This is an appeal from a conviction for the possession of heroin. The punishment was assessed by the jury at ten years.
The record reflects that officers armed with a search warrant found 245 packages which contained a total of 8.302 grams of 60.4 per cent heroin in a chest of drawers in the bedroom of appellant's home.
The sufficiency of the evidence is not challenged. The appellant contends that the affidavit did not show probable cause for the issuance of the search warrant and therefore the court erred in admitting into evidence the heroin obtained as a result of the search.
A motion to suppress evidence was filed. The record does not contain evidence of a hearing on the motion to suppress. There is no showing that the motion was presented to the trial court. The search warrant or the affidavit for the warrant does not appear in the record. There is nothing presented for review.
During the trial on the merits, no objection was made when the heroin was introduced. There is no evidence in the record that would even tend to show an illegal search. No error has been shown.
In the second ground of error complaint is made of the argument of one of the prosecutors which is as follows:
Appellant's objection that this argument was appealing to community conscience was overruled.
In Urteago v. State, 169 Tex.Cr.R. 160, 333 S.W.2d 133, the prosecution was for the possession of marihuana. An argument to the effect that the jury verdict would show the attitude the citizens of the county would take toward marihuana was held not to be an improper appeal to convict the accused upon public opinion.
The argument complained of in the present case does not appeal to the community conscience or wish. No error has been shown.
Other arguments complained of are grouped together under one ground of error. Objection was made to one of the statements but not to others now presented for review.
Article 40.09, Section 9, Vernon's Ann. C.C.P., provides that the appellate brief shall set forth separately each ground of error of which the defendant desires to complain on appeal, and each ground shall refer to the ruling of the trial court or other proceeding in such a way as that point of objection can clearly be identified and understood by the court.
The arguments complained of are not see out separately and are not properly before us for review. Flanagan v. State, Tex.Cr.App., 465 S.W.2d 755.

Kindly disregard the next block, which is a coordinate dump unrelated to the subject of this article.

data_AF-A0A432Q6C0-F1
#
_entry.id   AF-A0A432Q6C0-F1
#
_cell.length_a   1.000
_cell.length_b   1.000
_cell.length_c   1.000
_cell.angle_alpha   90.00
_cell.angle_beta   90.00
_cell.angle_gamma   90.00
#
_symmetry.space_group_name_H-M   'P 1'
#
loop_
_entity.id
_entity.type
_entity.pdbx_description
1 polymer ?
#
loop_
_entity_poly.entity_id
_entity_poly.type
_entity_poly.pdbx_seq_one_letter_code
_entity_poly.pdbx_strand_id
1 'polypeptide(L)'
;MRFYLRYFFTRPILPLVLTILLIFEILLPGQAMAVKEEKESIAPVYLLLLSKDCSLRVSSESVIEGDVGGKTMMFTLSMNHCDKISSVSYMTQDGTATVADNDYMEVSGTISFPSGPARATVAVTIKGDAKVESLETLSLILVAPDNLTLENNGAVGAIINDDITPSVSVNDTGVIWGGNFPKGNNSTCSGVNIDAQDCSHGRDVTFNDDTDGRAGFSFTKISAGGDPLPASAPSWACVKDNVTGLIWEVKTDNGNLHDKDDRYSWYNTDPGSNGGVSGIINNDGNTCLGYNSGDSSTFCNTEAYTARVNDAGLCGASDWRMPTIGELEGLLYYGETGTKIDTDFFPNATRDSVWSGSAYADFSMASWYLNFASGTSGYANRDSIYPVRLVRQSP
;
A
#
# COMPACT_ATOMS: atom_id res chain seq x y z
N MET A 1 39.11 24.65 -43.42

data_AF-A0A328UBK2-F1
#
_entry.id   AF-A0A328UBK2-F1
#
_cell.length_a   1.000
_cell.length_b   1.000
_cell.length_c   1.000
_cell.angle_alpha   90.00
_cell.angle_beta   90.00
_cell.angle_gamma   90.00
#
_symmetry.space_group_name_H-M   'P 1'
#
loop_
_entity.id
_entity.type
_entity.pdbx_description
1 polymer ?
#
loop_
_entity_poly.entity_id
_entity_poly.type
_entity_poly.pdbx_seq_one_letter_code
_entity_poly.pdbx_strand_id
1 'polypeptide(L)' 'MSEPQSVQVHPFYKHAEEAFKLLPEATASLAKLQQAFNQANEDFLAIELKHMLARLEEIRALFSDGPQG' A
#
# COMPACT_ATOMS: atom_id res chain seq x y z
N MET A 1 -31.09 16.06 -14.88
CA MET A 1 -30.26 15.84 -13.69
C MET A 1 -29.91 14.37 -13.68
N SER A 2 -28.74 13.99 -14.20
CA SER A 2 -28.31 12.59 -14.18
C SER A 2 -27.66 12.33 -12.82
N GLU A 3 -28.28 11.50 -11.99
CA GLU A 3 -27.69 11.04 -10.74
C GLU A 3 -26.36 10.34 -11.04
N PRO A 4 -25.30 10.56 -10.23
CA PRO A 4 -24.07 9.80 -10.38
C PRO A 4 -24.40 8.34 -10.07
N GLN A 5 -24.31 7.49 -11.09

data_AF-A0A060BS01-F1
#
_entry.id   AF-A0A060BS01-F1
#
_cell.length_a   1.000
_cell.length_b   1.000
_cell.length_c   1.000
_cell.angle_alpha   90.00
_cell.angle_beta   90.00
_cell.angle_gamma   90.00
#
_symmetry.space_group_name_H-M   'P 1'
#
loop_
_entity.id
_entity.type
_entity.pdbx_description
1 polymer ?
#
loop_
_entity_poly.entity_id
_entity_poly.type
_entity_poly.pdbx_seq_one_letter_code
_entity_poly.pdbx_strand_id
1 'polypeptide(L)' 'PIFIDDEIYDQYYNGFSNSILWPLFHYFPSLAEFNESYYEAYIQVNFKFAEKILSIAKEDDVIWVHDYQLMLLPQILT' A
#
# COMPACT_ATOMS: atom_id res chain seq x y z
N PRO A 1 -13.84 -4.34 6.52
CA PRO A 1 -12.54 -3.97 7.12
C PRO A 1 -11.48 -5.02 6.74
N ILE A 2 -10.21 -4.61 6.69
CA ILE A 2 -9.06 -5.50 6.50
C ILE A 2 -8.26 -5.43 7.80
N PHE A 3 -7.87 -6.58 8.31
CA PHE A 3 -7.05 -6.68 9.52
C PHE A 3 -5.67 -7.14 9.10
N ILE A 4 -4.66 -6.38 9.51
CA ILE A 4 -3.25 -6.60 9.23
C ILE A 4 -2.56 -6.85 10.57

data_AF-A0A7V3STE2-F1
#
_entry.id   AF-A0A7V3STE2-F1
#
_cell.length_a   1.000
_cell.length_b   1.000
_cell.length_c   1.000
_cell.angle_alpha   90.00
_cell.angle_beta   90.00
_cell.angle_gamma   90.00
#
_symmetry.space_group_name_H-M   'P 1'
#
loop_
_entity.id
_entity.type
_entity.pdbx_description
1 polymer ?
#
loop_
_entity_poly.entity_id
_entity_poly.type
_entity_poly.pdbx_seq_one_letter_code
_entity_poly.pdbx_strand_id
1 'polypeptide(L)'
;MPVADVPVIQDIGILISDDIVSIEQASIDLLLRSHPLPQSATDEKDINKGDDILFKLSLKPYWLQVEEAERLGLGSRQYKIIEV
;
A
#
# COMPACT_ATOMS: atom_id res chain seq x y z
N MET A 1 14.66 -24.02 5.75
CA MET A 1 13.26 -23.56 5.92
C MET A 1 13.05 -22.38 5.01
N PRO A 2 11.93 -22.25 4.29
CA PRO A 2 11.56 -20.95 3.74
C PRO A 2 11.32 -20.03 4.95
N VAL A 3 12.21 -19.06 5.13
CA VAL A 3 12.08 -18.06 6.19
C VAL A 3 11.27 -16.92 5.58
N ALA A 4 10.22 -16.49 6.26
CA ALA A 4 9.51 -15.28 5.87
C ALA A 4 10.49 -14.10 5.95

No reversible error has been shown.
Next, the appellant complains of the following argument of the assistant district attorney:
Appellant's counsel objected as follows:
The appellant admitted that the chest of drawers was his and in his bedroom and that he had exclusive control of the house. The proof showed not only the possession of 245 packages of heroin, but that he was present with his brother-in-law, two others and an undercover agent when a sale of narcotics took place. Also it was shown that known narcotic "people" or "suspects" were seen going to and leaving his home for approximately a month before the arrest. He admitted on cross-examination that these people visited his home.
The argument that "it is heartless, cold-blooded, blood sucking * * *" was under the facts of this case a reasonable statement based upon the evidence. No error has been shown.
Next, complaint is made that the State proved an extraneous offense of the sale of narcotics when the appellant was present. No objection was made when the evidence was offered. Absent an objection, the matter is not properly before us for review. Zapata v. State, Tex.Cr.App., 406 S.W.2d 473. See Madden v. State, 171 Tex.Cr.R. 80, 344 S.W.2d 690.
Lastly, complaint is made because of "The failure and/or the strategy of the State's attorney of not calling Special Agent Eddie Brown who was the main witness in the prosecution of the defendant was highly prejudicial to the defendant and denied him a fair and impartial trial."
The appellant states in his brief that "* * * Eddie Brown was the only witness who could state whether or not the defendant was aware of his brother-in-law, Henry Tijerina, was engaged in the sell of Heroin."
The appellant was either aware that his brother-in-law was selling heroin or he was not. No facts were withheld. No error is shown. See Means v. State, Tex. Cr.App., 429 S.W.2d 490.
No reversible error has been shown. The judgment is affirmed.